Where Have All the Credits Gone?



Too many of today’s movies have something missing. It’s a conspicuous absence, although the average moviegoer probably doesn’t notice. It used to be one of the most essential, obligatory cinematic identifiers, integral to any film’s artistic fiber. Can you guess what I’m referring to?

Yes, the opening credits sequence seems to have all but disappeared from our movie landscape, one that apparently no longer has time for such quaint formalities as a proper introduction, or even the common courtesy to let us know just what kind of talent has put together the work we’re about to watch. Instead, today’s films rather throw us right into the action, placating and exacerbating audiences’ increasingly short attention spans in the process. What’s even worse is that the trend reveals, perhaps, a cynical resistance toward acknowledging the movie as a movie – such an archaic concept, apparently – preferring to treat it as something closer to “life,” a two hour shot of reality unencumbered and undiluted by the creaky, yesteryear artifice of a credits sequence.

I call baloney. There’s a reason James Bond has endured on film, and it doesn’t even have to do with shaken martinis, Aston Martins, or the suavity of Sean Connery. No, it has to do with the iconic credits sequences that begin (or help begin) each of his movies, dreamily oscillating collages that stand alone on their artistic merits while simultaneously setting the tone – mood, motif, narrative – for the films to follow. And where else would the famous Bond songs play but over those seductive images?

Think about Saul Bass, whose sharp, graphic, instantly recognizable paper-cut-out designs so ingeniously foretold the mischief and mayhem of an Alfred Hitchcock film. Or the lurid, off-kilter pop of a Rainer Werner Fassbinder credits, invariably different depending on the film, always conveying exactly the right feel for his edgy political modernism. Even the most banal, routine opening titles from a 1940s MGM production beat a black screen or an abrupt dive into the film. Hollywood used to do some pretty clever and subtle things with its credits back in the day. Pages would flip to reveal cast and crew; fun illustrations would accompany names as they slid down the screen; borders and fonts would change according to the given film’s style and content; and sometimes, the titles were even interpolated within significant locations, objects, and actions, lulling us into the atmosphere of the picture while giving us a taste of future motifs.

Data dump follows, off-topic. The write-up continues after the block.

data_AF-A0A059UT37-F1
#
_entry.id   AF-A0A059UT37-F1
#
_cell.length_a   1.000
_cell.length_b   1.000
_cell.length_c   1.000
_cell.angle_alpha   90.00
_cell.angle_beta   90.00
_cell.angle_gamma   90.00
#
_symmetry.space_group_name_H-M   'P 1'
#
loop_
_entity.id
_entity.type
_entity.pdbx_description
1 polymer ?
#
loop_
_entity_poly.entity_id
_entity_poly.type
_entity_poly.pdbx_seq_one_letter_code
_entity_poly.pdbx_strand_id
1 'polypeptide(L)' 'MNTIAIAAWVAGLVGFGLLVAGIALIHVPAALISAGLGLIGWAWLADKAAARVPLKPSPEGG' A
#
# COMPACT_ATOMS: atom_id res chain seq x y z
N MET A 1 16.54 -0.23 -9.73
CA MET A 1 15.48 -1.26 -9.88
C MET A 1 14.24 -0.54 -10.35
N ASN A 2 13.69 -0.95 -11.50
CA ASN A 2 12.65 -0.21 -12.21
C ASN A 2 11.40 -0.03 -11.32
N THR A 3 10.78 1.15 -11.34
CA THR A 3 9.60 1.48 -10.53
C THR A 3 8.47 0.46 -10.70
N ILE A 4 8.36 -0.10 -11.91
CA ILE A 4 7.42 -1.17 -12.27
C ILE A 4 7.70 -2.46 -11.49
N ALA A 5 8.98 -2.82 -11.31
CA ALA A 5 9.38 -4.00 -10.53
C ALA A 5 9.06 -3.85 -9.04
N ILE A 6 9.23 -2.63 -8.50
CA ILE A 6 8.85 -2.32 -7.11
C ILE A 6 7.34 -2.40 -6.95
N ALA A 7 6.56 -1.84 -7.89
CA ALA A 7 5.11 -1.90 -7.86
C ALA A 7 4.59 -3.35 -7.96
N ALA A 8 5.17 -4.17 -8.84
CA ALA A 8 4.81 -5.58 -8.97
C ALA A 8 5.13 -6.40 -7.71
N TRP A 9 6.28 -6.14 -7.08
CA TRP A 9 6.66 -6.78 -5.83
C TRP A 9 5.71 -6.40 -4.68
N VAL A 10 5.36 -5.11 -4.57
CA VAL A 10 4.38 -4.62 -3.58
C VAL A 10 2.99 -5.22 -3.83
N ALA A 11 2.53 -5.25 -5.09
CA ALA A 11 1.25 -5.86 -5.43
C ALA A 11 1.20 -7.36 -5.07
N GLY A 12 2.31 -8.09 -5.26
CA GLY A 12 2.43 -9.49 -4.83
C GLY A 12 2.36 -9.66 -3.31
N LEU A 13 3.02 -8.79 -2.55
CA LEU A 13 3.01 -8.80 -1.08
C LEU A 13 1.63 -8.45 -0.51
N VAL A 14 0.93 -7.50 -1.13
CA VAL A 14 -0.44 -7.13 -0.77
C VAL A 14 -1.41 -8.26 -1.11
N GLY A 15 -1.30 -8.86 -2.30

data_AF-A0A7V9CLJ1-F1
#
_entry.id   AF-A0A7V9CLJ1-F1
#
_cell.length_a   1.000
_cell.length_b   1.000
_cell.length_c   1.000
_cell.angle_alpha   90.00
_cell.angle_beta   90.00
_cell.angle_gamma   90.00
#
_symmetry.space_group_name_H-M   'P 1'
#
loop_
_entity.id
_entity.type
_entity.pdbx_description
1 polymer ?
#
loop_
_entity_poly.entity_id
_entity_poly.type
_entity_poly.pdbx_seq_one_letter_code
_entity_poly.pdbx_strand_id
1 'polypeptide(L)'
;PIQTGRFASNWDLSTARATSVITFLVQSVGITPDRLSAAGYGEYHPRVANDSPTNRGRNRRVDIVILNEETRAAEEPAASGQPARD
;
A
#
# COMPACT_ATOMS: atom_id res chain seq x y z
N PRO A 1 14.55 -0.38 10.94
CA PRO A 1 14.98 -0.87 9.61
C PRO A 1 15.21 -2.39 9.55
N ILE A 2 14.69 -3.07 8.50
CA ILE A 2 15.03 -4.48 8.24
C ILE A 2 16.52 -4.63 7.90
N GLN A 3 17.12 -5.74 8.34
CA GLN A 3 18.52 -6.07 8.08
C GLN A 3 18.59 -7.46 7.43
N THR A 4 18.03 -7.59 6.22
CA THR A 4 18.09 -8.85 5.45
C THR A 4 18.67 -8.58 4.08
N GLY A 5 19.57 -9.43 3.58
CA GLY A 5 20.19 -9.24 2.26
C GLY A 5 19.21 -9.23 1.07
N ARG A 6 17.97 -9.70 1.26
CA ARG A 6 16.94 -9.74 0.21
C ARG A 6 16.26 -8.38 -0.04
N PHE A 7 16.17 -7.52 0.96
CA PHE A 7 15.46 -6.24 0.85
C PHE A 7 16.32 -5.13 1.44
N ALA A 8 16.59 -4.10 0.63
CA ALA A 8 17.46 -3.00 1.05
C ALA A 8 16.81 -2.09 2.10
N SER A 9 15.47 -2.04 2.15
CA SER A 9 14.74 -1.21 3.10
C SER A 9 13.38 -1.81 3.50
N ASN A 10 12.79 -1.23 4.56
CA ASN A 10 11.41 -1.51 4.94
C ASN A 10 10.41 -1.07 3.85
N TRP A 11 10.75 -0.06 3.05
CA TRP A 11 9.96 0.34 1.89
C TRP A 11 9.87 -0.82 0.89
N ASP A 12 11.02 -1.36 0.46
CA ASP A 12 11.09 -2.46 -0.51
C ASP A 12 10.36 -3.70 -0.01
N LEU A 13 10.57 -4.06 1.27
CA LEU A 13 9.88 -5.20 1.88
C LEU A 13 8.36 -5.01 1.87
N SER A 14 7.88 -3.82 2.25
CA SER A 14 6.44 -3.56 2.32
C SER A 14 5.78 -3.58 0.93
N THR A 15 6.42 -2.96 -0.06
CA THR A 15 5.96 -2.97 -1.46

At their best, credits not only give us time to appreciate the film’s hardworking collaborators, they permit us to patiently enter the movie’s headspace, to get a feel for its images, rhythms, and themes before they’ve even been laid out. They set the stage. It is no slight on a film to say one of its most memorable parts was its opening credits. Despite the occasional modern film that indulges in a dynamite opening titles – Scott Pilgrim vs. the World‘s manic Pop Art color slides, Moonrise Kingdom‘s bright multihued cursive and retro copyright notice, even Nebraska‘s spare but evocatively off-center white on black – it is becoming a greater and greater rarity to see current movies upholding this most cinematic of traditions. At the most you’ll see a simple title card. Sometimes, that can be enough. Often, I’m left wanting more.



What do you think? Do you similarly miss the once-prevalent opening credits sequences? Or do you prefer the way today’s films privilege an instant submersion into the narrative?


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